pyramid mound plaza C joel saoane
tenoned sculptured serpents ramon ramirez
plaza A structure 1 copanhonduras.org.
drone view lamakino
share your photos with us
structures 3, 4, 5 from structure 10 joel seoane
site map nakamura/cruz
structure 31 plaza C ela ginalska
residental structures 204 and 205 ela ginalska
plaza C IHAH
structure 1 einkinadu
EL PUENTE-Department of Copan, Honduras
El Puente, the Bridge, is a Mayan archaeological zone located in the northwestern part of the country. Its name is taken from the ranch on which the site was originally located, and references a stone bridge that crosses the nearby Chamelecon river. The original name is unknown. It is the second most important archaeological zone in Honduras after Copan, and was opened in 1994.
El Puente dates to the Early Classic Period (250-600 A.D.). It served as a satellite center of Copan controlling trade routes that meet at the confluence of two river systems that flow through the Florida Valley. It is the larger of several sites located within and about the valley such as El Abra and Las Tapias. The site is orientated on an East/West axis.
Looting and agricultural activities have had a serious affect on the site. Hurricane Eta in 2020 caused some damage as well, mainly flooding.
The archaeological park is located in the municipality of La Jigua, 7 miles/11.25 km north of the town of La Entrada, and 1.2 miles/2 km north of the convergence of the Chamelecón and Chinamito Rivers. The park encompasses an area of 13.5 acres/5.5 hectares.
El Puente has a very modern, multi-room museum. It features a fine selection of ceramics, stone monuments, and architectural elements from the site and surrounding area. Of special interest is a stela from El Abra, and some beautiful alabaster bowls and vases.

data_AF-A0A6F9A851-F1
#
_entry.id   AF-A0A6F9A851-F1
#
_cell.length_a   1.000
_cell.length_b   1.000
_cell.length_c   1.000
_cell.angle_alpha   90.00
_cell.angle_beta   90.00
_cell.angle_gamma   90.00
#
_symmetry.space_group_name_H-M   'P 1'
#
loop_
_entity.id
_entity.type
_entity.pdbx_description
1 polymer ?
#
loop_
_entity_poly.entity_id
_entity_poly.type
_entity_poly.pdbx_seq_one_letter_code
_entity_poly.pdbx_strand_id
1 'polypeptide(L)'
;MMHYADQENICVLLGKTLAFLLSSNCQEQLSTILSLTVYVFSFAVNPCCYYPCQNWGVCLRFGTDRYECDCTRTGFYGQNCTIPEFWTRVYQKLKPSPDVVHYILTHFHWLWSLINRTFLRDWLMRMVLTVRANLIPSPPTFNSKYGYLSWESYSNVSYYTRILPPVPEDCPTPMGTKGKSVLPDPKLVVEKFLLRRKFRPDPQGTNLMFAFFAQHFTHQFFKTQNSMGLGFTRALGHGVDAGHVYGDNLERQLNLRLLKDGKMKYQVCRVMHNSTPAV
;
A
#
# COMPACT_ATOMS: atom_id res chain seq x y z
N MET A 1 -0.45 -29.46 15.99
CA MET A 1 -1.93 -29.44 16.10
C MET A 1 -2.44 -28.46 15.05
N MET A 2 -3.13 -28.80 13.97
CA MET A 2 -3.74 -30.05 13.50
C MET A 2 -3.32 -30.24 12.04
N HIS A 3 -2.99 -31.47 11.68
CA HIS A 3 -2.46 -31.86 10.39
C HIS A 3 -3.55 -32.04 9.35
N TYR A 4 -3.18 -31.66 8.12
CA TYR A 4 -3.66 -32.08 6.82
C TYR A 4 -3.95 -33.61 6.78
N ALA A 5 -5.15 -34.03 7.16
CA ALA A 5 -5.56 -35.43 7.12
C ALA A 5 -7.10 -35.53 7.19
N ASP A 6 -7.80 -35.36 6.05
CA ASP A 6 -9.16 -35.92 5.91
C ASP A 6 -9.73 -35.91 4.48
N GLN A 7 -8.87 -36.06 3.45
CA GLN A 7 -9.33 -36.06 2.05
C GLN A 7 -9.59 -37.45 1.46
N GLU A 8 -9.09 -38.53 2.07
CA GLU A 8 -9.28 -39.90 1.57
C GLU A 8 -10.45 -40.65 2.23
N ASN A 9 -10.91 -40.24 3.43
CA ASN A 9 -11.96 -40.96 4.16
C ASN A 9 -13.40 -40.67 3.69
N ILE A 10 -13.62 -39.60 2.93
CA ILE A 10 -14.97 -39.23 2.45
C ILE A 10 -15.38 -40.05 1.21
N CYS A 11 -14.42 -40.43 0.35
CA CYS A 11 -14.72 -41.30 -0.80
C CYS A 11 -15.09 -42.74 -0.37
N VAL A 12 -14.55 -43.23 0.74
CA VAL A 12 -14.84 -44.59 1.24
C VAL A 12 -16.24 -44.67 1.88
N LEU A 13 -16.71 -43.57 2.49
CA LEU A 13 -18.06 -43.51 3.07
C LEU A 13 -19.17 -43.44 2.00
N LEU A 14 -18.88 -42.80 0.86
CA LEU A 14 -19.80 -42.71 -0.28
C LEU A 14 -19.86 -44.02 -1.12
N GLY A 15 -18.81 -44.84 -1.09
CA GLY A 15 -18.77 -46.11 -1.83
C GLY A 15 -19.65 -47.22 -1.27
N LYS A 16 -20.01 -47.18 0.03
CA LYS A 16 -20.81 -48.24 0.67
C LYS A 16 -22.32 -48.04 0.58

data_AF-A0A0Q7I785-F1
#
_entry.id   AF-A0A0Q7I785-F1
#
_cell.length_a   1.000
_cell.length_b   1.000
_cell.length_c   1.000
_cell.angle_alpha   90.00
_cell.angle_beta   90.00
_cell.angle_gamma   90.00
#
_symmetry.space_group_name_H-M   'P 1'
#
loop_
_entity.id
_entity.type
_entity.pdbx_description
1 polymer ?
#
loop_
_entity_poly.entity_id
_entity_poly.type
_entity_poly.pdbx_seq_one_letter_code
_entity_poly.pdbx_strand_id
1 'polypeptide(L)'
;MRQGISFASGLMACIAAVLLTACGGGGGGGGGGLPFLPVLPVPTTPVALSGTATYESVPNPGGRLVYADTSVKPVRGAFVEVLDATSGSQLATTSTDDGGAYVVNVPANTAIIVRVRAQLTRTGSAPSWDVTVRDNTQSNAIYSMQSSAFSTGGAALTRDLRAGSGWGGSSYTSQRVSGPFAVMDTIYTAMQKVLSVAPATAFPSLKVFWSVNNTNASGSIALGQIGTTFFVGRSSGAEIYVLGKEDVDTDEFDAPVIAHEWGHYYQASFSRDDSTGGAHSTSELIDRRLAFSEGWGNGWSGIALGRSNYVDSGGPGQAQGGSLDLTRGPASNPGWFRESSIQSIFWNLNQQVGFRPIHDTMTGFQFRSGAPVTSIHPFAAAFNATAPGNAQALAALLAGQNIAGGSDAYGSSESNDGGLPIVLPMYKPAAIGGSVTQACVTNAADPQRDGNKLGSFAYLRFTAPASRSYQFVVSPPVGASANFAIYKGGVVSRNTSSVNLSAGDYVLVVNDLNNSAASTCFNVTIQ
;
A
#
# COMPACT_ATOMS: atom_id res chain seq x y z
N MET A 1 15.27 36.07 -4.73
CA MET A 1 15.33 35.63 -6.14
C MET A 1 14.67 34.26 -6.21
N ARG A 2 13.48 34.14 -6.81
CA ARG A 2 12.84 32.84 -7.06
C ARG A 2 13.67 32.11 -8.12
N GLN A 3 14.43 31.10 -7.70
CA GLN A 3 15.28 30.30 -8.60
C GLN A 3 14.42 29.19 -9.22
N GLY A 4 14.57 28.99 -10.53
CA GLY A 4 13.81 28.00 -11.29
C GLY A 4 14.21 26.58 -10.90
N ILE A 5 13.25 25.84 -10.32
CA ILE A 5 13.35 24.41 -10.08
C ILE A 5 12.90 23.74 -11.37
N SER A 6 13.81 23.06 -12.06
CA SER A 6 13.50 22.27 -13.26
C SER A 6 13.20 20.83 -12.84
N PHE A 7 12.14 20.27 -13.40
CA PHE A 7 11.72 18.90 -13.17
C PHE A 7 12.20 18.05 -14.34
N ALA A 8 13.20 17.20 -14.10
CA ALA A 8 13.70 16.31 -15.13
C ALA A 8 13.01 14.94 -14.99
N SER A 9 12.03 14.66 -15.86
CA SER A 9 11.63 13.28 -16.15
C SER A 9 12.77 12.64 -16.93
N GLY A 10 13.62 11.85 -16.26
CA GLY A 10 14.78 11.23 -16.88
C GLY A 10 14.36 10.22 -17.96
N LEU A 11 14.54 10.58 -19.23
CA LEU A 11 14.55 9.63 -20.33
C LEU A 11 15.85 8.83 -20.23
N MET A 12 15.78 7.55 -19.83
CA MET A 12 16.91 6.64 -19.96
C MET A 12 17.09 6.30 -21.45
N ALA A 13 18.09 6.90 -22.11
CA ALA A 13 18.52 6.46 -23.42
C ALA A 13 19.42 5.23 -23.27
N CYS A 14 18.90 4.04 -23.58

The site can be reached from the capitals of Guatemala, El Salvador and Honduras. The closest main city in Honduras is San Pedro Sula about 77 miles/123 km to the north. Take the CA4 out of San Pedro Sula, and pick up the CA11 at La Entrada. A few miles/km out of La Entrada take the RN127 north to the site. It is about 30 miles/49 km northeast of Copan as the toucan flies.
HOURS:8 A.M.-4 P.M. everyday
ENTRANCE FEE: $2.25/55 Lempira
GUIDES: inquire at visitor kiosk or in La Entrada
SERVICES: Bathrooms, Service kiosk
ON-SITE MUSEUM: yes
ACCOMMODATIONS: La Entrada would be the best option if staying in the area.
GPS: 15d 06’36” N, 88d 47’30” W
MISC: Combine this site with a visit to nearby Copan
HISTORY AND EXPLORATION
El Puente has a fairly recent history that dates its beginnings to around 550-575 A.D. in the Early Classic. There have been no recovered stelae with glyphic inscriptions that could help identify its rulers or direct relationships to other sites. However, ceramic evidence and architectural styles exhibit a close tie to nearby Copan which is the largest Mayan site in Honduras. It is thought that the site was established by Copan to control the important trade routes that pass through the Florida Valley.